Despite his belated attempts at more effective executive leadership and some rather impressive administration successes, Harding found the presidency to be an increasing burden from the summer of 1922 on. He liked the pomp, the ceremony, the attention, and the glitter of the office. But continuing labor strife, protracted wrangling with Congress, squabbling over patronage, mounting Prohibition enforcement problems, concern over the fall election reverses, and the need for constant executive decisions—in short, the magnitude of his presidential responsibilities—threatened to overwhelm him. His old friends found him more solemn and less buoyant around the poker table. He once remarked to the National Press Club, "I never find myself done.. . . I don't believe there is a human being who can do all the work there is to be done in the President's office. It seems as though I have been President for twenty years." From the fall of 1922 on, he spoke increasingly of the day when he could return to Ohio, and once, in an off-the-cuff statement, he declared, "A great many people think it is a fine thing to be President. . . . But I know better, and I would like nothing better than to be a Marionite again."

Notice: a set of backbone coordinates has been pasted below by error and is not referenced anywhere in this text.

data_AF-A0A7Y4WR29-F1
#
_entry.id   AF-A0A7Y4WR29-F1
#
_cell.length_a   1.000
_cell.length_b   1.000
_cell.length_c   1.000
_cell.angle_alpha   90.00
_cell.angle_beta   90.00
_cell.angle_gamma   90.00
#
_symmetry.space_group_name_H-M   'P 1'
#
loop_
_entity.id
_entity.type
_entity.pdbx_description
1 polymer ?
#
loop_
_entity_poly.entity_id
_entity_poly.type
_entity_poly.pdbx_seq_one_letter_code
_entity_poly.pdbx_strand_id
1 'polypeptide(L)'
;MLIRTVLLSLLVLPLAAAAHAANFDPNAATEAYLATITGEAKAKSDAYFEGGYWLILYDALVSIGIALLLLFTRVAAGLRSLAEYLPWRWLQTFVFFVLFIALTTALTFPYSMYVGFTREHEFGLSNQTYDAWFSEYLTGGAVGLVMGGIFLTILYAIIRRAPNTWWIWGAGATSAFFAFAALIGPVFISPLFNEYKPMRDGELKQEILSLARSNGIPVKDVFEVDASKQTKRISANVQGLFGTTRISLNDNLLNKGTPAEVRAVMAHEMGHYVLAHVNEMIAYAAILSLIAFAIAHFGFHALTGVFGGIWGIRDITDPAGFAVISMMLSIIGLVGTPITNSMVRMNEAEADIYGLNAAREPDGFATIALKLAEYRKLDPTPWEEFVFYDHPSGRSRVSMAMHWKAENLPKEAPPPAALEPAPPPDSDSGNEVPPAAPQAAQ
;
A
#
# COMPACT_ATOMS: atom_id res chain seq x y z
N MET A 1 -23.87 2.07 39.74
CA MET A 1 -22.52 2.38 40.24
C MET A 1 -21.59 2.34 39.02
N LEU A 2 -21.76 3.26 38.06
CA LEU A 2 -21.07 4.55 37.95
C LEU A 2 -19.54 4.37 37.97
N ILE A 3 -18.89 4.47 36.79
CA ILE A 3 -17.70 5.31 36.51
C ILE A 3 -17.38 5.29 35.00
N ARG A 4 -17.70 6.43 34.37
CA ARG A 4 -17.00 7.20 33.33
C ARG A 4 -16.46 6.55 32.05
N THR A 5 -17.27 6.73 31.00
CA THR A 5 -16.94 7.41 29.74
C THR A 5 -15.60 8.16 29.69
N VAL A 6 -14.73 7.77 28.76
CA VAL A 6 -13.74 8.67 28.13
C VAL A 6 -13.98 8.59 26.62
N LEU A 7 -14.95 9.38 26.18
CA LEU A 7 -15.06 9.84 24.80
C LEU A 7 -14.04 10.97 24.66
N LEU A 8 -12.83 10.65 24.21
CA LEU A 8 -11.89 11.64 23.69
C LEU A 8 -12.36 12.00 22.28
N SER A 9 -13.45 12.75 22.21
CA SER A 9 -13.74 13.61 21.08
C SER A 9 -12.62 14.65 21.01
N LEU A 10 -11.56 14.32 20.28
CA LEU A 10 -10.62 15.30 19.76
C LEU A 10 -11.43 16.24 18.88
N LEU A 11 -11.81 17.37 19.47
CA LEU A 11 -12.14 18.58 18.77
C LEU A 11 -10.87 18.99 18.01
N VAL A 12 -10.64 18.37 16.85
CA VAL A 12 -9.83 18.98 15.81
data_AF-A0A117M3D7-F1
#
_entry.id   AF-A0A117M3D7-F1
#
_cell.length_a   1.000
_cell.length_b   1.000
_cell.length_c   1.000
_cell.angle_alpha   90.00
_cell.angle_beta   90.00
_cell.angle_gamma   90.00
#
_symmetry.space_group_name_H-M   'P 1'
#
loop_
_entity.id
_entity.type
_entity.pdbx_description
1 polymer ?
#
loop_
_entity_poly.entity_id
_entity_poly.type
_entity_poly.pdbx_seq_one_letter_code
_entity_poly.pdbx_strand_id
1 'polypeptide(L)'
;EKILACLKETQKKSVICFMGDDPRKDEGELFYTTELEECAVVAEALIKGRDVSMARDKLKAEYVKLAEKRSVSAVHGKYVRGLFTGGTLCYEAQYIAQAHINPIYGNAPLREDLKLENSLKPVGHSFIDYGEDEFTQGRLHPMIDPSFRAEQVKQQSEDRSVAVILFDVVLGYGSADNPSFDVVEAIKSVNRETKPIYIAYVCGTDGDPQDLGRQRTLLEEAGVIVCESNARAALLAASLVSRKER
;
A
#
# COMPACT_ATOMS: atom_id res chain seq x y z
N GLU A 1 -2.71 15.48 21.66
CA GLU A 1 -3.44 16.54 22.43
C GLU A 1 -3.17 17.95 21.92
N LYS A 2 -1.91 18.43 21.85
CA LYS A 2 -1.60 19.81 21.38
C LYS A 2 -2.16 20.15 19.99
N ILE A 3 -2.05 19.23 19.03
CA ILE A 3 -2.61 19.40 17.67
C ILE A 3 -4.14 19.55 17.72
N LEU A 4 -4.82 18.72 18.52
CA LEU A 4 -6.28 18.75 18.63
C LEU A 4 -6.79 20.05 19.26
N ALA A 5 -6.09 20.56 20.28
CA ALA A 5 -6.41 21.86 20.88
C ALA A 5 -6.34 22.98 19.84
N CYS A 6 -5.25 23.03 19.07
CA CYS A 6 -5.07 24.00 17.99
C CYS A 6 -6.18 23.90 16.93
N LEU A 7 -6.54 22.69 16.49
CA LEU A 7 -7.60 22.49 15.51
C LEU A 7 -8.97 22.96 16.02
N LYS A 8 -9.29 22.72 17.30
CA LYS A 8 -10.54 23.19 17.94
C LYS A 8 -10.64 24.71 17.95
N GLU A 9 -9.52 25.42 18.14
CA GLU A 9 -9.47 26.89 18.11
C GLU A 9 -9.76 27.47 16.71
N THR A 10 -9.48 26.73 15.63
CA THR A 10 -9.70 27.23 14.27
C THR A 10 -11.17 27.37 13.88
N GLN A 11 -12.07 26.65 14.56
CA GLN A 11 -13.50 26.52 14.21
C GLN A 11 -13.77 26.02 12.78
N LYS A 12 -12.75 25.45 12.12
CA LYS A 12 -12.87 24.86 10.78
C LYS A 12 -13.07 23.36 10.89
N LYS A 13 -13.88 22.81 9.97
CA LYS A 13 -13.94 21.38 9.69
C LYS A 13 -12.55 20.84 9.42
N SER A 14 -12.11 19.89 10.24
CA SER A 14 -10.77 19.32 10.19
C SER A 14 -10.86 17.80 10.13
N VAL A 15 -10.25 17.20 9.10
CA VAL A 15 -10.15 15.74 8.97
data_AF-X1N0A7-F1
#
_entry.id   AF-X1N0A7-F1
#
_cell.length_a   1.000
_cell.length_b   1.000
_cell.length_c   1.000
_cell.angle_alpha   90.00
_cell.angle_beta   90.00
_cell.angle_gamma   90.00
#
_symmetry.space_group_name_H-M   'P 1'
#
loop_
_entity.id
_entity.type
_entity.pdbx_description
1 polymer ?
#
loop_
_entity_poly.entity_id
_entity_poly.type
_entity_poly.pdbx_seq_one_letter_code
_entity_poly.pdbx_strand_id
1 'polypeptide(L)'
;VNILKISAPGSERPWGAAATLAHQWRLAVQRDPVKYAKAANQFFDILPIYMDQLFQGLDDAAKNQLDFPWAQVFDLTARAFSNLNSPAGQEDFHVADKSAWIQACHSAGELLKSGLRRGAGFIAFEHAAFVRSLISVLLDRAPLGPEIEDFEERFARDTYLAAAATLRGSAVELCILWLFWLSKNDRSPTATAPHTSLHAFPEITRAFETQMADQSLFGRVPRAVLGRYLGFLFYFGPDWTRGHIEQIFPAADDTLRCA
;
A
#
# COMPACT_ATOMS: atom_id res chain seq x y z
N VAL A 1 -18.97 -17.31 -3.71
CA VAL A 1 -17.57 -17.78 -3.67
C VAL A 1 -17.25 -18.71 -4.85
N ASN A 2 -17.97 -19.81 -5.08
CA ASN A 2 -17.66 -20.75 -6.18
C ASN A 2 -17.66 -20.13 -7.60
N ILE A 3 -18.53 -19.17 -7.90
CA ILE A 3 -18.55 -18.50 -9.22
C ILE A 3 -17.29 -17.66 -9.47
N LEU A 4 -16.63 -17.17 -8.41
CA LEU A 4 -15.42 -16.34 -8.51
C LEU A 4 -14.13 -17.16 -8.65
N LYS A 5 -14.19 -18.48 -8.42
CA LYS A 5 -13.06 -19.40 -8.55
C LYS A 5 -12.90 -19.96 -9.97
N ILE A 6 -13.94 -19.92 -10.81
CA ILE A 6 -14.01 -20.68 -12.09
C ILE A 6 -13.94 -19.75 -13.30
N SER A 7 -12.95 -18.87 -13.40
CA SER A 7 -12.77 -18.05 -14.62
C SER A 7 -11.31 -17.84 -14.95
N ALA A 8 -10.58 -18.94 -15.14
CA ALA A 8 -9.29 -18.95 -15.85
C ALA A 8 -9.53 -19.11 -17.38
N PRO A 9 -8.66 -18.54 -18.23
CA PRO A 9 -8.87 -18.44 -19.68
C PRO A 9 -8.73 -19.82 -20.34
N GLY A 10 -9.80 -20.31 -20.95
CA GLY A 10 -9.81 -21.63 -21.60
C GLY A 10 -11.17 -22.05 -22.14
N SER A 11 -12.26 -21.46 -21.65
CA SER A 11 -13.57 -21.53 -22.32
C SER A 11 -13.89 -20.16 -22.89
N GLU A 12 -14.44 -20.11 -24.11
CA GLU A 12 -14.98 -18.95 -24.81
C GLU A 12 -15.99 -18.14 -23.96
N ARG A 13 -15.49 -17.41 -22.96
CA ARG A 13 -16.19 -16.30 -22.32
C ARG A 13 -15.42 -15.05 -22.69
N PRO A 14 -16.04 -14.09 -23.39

By the fall of 1922, Harding's growing mental depression rested not merely on political factors nor on the demands of the presidency; his own personal problems had begun to mount. Mrs. Harding, who had lost a kidney a number of years before, suddenly became ill with hydronephritis in late August, and for a time her life hung in the balance. Not long after, his own health began to disintegrate. A severe flu attack that felled him in mid-January 1923 seemed to trigger a visible decline. By April he was complaining that he barely had enough energy to complete nine holes rather than the usual eighteen on his infrequent trips to the golf course. By late spring of 1923, his normally ruddy color had become a pallor and his stamina was at low ebb. He told Hughes at that time that his blood pressure was consistently above 175, which caused the secretary of state to tell his wife, "We have been worrying about Mrs. Harding, but I think it is the President we should be more concerned about."